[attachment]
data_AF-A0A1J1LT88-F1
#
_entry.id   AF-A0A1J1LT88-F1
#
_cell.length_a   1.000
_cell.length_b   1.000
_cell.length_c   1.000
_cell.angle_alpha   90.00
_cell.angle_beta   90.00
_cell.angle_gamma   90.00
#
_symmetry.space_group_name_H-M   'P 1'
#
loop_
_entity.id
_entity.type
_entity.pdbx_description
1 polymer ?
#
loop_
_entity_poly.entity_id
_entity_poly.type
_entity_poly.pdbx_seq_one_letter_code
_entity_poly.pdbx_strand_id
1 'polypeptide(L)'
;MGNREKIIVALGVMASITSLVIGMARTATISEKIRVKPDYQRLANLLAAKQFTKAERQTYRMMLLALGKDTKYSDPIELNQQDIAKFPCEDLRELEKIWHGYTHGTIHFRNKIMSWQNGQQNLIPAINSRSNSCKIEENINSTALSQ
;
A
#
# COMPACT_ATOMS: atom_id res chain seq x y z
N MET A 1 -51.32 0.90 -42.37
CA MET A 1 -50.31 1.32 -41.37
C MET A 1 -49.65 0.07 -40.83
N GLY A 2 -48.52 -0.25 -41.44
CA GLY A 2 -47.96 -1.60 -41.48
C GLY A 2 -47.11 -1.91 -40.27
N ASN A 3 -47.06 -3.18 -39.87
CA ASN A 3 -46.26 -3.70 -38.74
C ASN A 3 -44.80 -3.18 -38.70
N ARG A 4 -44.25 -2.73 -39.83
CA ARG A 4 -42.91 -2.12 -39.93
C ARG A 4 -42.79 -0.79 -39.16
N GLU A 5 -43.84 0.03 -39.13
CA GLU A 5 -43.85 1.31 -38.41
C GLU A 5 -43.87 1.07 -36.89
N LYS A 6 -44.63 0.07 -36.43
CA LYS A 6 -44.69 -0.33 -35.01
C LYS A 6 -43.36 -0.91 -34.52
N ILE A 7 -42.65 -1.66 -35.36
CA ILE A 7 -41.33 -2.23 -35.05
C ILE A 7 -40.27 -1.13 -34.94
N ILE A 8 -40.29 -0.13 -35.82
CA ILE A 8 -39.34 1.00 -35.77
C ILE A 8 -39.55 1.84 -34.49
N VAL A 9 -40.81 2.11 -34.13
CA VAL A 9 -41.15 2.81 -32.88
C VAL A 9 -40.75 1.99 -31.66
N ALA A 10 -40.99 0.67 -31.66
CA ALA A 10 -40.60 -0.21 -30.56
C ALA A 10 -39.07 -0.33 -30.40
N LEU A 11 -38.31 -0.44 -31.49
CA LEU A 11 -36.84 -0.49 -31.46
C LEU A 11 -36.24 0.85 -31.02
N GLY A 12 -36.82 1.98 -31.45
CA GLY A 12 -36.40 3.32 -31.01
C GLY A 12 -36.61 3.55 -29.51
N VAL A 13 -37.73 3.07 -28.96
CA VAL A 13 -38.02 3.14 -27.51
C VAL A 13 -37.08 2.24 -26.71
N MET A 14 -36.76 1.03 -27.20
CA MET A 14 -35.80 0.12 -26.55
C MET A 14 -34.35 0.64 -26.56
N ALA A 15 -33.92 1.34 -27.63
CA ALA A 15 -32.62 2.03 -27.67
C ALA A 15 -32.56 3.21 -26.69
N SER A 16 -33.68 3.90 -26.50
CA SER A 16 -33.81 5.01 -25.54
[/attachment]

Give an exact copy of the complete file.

data_AF-A0A1J1LT88-F1
#
_entry.id   AF-A0A1J1LT88-F1
#
_cell.length_a   1.000
_cell.length_b   1.000
_cell.length_c   1.000
_cell.angle_alpha   90.00
_cell.angle_beta   90.00
_cell.angle_gamma   90.00
#
_symmetry.space_group_name_H-M   'P 1'
#
loop_
_entity.id
_entity.type
_entity.pdbx_description
1 polymer ?
#
loop_
_entity_poly.entity_id
_entity_poly.type
_entity_poly.pdbx_seq_one_letter_code
_entity_poly.pdbx_strand_id
1 'polypeptide(L)'
;MGNREKIIVALGVMASITSLVIGMARTATISEKIRVKPDYQRLANLLAAKQFTKAERQTYRMMLLALGKDTKYSDPIELNQQDIAKFPCEDLRELEKIWHGYTHGTIHFRNKIMSWQNGQQNLIPAINSRSNSCKIEENINSTALSQ
;
A
#
# COMPACT_ATOMS: atom_id res chain seq x y z
N MET A 1 -51.32 0.90 -42.37
CA MET A 1 -50.31 1.32 -41.37
C MET A 1 -49.65 0.07 -40.83
N GLY A 2 -48.52 -0.25 -41.44
CA GLY A 2 -47.96 -1.60 -41.48
C GLY A 2 -47.11 -1.91 -40.27
N ASN A 3 -47.06 -3.18 -39.87
CA ASN A 3 -46.26 -3.70 -38.74
C ASN A 3 -44.80 -3.18 -38.70
N ARG A 4 -44.25 -2.73 -39.83
CA ARG A 4 -42.91 -2.12 -39.93
C ARG A 4 -42.79 -0.79 -39.16
N GLU A 5 -43.84 0.03 -39.13
CA GLU A 5 -43.85 1.31 -38.41
C GLU A 5 -43.87 1.07 -36.89
N LYS A 6 -44.63 0.07 -36.43
CA LYS A 6 -44.69 -0.33 -35.01
C LYS A 6 -43.36 -0.91 -34.52
N ILE A 7 -42.65 -1.66 -35.36
CA ILE A 7 -41.33 -2.23 -35.05
C ILE A 7 -40.27 -1.13 -34.94
N ILE A 8 -40.29 -0.13 -35.82
CA ILE A 8 -39.34 1.00 -35.77
C ILE A 8 -39.55 1.84 -34.49
N VAL A 9 -40.81 2.11 -34.13
CA VAL A 9 -41.15 2.81 -32.88
C VAL A 9 -40.75 1.99 -31.66
N ALA A 10 -40.99 0.67 -31.66
CA ALA A 10 -40.60 -0.21 -30.56
C ALA A 10 -39.07 -0.33 -30.40
N LEU A 11 -38.31 -0.44 -31.49
CA LEU A 11 -36.84 -0.49 -31.46
C LEU A 11 -36.24 0.85 -31.02
N GLY A 12 -36.82 1.98 -31.45
CA GLY A 12 -36.40 3.32 -31.01
C GLY A 12 -36.61 3.55 -29.51
N VAL A 13 -37.73 3.07 -28.96
CA VAL A 13 -38.02 3.14 -27.51
C VAL A 13 -37.08 2.24 -26.71
N MET A 14 -36.76 1.03 -27.20
CA MET A 14 -35.80 0.12 -26.55
C MET A 14 -34.35 0.64 -26.56
N ALA A 15 -33.92 1.34 -27.63
CA ALA A 15 -32.62 2.03 -27.67
C ALA A 15 -32.56 3.21 -26.69
N SER A 16 -33.68 3.90 -26.50
CA SER A 16 -33.81 5.01 -25.54